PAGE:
West and Central Africa Correspondent
David's Feed
Jan 21, 2015

Dutch UN attack helicopters strike Mali rebels in north

DAKAR (Reuters) – Dutch United Nations attack helicopters carried out air strikes on Tuareg rebel forces in northern Mali on Tuesday, the first such engagement by Dutch forces serving in the U.N. mission in Mali.

The U.N. mission, known as MINUSMA, said it was responding to heavy weapons fire directed at its peacekeepers in the town of Tabankort. It said the helicopters only destroyed a rebel vehicle after firing warning shots that were ignored.

Jan 15, 2015

African states must overcome distrust for Boko Haram force to work – U.N.

DAKAR, Jan 15 (Reuters) – The four African nations most
threatened by Nigerian Islamist group Boko Haram must put aside
mutual distrust and agree on a command structure and strategy
for a fledgling regional force if they want to defeat the
militants, a top U.N. official said.

Mohamed Ibn Chambas, U.N. Special Representative for West
Africa, said the international community could only help Nigeria
and neighbouring Niger, Chad and Cameroon once they clearly laid
out the assets they lacked to fight Boko Haram.

Jan 7, 2015

FBI questions U.S.-based Gambian civil society leader over coup plot

DAKAR/WASHINGTON (Reuters) – A Gambian civil society leader based in the United States said on Wednesday he had been questioned by the Federal Bureau of Investigation over a failed coup plot allegedly planned on U.S. soil.

Federal prosecutors have already charged a Texas businessman and a former U.S. Army sergeant over the failed Dec. 30 plot to oust President Yahya Jammeh while he was away from the tiny West African nation.

Dec 4, 2014

Insight – While diplomats fret, Burkina backs military to drive reform agenda

OUAGADOUGOU (Reuters) – When Colonel Isaac Zida swapped his military fatigues for a blue suit to chair his first cabinet meeting as prime minister of Burkina Faso, his intended audience may have been the West and its African allies.

While some diplomats have voiced unease about the military’s role in politics since protests toppled long-time ruler Blaise Compaore in October, few Burkinabe are concerned as long as the soldiers protect their ‘revolution’ and push through demanded reforms.

Dec 4, 2014

While diplomats fret, Burkina backs military to drive reform agenda

OUAGADOUGOU, Dec 4 (Reuters) – When Colonel Isaac Zida
swapped his military fatigues for a blue suit to chair his first
cabinet meeting as prime minister of Burkina Faso, his intended
audience may have been the West and its African allies.

While some diplomats have voiced unease about the military’s
role in politics since protests toppled long-time ruler Blaise
Compaore in October, few Burkinabe are concerned as long as the
soldiers protect their ‘revolution’ and push through demanded
reforms.

Nov 16, 2014

U.N. scraps clinic contract as Ebola exposes Mali readiness gaps

DAKAR (Reuters) – The United Nations mission in Mali has canceled plans to renew a contract with a private clinic providing care to its peacekeepers after a case of Ebola was missed and spread from there.

This second Ebola alarm in Mali, coming just as it seemed to have contained its first case last month, raised doubts about the country’s ability to protect itself from the epidemic that is ravaging three other states in West Africa. More than 5,000 people have died, almost all in Liberia, Sierra Leone and in Guinea, which shares an 800 km (500 mile) border with Mali.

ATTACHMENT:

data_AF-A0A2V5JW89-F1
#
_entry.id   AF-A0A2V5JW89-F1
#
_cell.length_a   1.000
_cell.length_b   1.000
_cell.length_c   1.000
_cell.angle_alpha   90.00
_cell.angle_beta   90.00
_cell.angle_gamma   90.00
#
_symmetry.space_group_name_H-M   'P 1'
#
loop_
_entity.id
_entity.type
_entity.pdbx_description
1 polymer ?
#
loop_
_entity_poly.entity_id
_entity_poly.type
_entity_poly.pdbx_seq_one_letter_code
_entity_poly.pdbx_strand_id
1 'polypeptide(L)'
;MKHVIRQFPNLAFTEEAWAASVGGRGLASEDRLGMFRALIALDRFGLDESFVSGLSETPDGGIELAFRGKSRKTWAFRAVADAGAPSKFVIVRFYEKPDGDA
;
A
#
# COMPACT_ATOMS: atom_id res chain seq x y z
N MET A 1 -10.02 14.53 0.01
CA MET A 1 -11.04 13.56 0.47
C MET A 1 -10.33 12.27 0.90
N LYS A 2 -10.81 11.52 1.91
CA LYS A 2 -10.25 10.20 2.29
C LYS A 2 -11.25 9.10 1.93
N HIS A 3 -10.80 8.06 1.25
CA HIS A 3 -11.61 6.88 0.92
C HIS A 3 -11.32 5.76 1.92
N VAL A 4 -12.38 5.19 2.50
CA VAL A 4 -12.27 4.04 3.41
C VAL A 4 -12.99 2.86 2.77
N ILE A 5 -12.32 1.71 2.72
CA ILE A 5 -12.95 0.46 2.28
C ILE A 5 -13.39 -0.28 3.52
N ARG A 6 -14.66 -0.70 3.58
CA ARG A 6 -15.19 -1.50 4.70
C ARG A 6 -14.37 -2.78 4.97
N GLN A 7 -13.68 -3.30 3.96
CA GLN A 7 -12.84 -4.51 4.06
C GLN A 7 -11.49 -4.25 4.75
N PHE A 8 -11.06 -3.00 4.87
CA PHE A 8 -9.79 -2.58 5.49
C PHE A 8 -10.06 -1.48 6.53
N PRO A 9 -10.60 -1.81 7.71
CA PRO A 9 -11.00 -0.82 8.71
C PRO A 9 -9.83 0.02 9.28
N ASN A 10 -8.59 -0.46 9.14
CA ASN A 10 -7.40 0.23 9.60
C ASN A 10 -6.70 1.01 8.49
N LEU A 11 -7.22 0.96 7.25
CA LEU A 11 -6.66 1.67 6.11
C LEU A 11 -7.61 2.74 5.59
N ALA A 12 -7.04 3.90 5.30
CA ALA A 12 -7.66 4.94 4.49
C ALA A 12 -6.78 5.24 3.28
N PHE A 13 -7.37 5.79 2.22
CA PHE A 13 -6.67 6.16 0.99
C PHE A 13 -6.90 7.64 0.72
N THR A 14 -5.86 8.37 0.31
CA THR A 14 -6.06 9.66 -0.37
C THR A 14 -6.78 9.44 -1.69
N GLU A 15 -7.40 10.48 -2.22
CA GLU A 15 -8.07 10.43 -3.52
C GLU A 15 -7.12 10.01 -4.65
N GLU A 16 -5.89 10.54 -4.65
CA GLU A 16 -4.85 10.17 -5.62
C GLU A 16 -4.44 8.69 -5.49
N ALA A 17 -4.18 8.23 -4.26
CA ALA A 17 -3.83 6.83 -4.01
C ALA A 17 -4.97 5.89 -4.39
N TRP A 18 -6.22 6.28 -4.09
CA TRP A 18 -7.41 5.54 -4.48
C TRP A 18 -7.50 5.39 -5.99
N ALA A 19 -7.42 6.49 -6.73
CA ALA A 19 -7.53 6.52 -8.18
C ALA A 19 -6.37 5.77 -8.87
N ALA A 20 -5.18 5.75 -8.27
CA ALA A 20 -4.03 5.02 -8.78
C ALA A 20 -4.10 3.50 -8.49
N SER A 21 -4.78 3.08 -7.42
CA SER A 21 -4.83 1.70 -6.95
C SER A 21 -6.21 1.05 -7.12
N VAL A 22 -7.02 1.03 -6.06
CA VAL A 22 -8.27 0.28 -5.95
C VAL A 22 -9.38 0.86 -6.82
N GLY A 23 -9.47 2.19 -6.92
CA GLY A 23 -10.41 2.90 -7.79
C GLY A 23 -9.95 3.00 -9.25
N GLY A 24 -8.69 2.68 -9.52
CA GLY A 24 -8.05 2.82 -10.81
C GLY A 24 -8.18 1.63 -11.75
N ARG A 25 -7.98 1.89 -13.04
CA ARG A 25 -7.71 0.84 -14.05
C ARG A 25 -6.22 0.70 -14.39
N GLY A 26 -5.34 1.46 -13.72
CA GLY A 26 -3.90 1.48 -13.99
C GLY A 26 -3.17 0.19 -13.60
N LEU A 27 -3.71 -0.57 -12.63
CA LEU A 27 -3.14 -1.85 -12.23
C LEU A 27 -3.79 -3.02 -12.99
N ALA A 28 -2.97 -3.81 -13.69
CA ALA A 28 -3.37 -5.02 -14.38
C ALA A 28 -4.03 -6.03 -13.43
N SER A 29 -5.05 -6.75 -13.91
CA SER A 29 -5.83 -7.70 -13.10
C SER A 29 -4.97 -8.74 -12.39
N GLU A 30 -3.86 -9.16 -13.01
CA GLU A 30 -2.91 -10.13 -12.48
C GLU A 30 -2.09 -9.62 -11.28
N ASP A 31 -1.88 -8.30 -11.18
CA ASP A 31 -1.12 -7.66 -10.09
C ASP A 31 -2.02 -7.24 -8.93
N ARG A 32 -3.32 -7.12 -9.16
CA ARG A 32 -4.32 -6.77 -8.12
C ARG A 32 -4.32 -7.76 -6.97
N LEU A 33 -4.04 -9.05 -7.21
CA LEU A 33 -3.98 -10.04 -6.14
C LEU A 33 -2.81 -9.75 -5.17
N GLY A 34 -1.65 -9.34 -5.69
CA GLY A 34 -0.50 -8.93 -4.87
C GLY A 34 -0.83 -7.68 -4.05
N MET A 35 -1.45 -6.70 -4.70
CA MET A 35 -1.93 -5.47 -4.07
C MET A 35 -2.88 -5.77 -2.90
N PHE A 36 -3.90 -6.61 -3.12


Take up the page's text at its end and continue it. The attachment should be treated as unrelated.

Nov 2, 2014

“One game too far” – the downfall of Burkina Faso’s president

DAKAR, Nov 2 (Reuters) – In the build-up to this past week’s
mass protests in Burkina Faso that ended Blaise Compaore’s
27-year rule, statesmen from French President Francois Hollande
to former U.N. Secretary-General Kofi Annan sent him messages
with increasing urgency.

The meaning was clear: step aside with reputation intact and
a high-profile international job, or risk an undignified exit.

Oct 24, 2014

Fear and indifference leave West Africa desperate for Ebola staff

DAKAR, Oct 24 (Reuters) – When Australia offered more than
$2 million last month to the medical charity leading the fight
against Ebola in West Africa, Medecins Sans Frontieres bluntly
rejected it.

What was urgently needed from rich Western countries, MSF
said, was not more money but doctors and nurses.

Oct 20, 2014

Home care kits highlight gaps in West Africa’s Ebola response

DAKAR/MONROVIA (Reuters) – With the number of Ebola cases spiraling in West Africa and weeks remaining until treatment units promised by Western governments are built, health workers fighting one of the world’s deadliest diseases are being forced to improvise.

In the “hot zones” of Liberia, where Ebola patients are being turned away from overflowing clinics, aid agencies are distributing tens of thousands of protection kits, made up of buckets, chlorine, soap, gloves, a gown and instructions on how to look after the infected in their own homes.

Oct 18, 2014

U.S. travel ban could sour ties with Ebola-hit nations

DAKAR/NEW YORK (Reuters) – The first casualty of a possible U.S. ban on travel to and from Ebola-stricken West African nations could be Washington’s ties with the region and, to a lesser degree, travel and resources businesses exposed to it.

The White House said on Friday that such a ban advocated by many lawmakers was an option but was not being considered now. Lawmakers and medical experts are debating how much good or harm a ban could do and what was the best way to prevent Ebola’s spread at home.